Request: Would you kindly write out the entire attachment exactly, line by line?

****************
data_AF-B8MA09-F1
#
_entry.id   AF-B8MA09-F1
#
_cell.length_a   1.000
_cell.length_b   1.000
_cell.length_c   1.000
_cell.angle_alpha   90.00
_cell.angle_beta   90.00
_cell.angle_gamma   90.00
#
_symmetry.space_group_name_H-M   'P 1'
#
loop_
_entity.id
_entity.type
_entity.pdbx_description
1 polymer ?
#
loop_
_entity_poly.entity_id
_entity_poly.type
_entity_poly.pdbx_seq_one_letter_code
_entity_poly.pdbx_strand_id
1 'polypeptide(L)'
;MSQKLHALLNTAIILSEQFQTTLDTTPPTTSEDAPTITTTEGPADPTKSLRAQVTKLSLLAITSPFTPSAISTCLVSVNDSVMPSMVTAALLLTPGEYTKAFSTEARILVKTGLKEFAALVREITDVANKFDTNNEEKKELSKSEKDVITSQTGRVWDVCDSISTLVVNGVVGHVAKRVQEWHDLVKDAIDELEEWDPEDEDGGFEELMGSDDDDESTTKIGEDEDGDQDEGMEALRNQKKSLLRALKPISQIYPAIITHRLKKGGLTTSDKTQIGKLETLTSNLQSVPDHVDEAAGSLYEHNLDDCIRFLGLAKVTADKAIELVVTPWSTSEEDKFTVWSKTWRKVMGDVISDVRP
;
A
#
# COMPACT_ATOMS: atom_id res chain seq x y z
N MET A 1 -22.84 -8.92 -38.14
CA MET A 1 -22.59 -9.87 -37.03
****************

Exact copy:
data_AF-B8MA09-F1
#
_entry.id   AF-B8MA09-F1
#
_cell.length_a   1.000
_cell.length_b   1.000
_cell.length_c   1.000
_cell.angle_alpha   90.00
_cell.angle_beta   90.00
_cell.angle_gamma   90.00
#
_symmetry.space_group_name_H-M   'P 1'
#
loop_
_entity.id
_entity.type
_entity.pdbx_description
1 polymer ?
#
loop_
_entity_poly.entity_id
_entity_poly.type
_entity_poly.pdbx_seq_one_letter_code
_entity_poly.pdbx_strand_id
1 'polypeptide(L)'
;MSQKLHALLNTAIILSEQFQTTLDTTPPTTSEDAPTITTTEGPADPTKSLRAQVTKLSLLAITSPFTPSAISTCLVSVNDSVMPSMVTAALLLTPGEYTKAFSTEARILVKTGLKEFAALVREITDVANKFDTNNEEKKELSKSEKDVITSQTGRVWDVCDSISTLVVNGVVGHVAKRVQEWHDLVKDAIDELEEWDPEDEDGGFEELMGSDDDDESTTKIGEDEDGDQDEGMEALRNQKKSLLRALKPISQIYPAIITHRLKKGGLTTSDKTQIGKLETLTSNLQSVPDHVDEAAGSLYEHNLDDCIRFLGLAKVTADKAIELVVTPWSTSEEDKFTVWSKTWRKVMGDVISDVRP
;
A
#
# COMPACT_ATOMS: atom_id res chain seq x y z
N MET A 1 -22.84 -8.92 -38.14
CA MET A 1 -22.59 -9.87 -37.03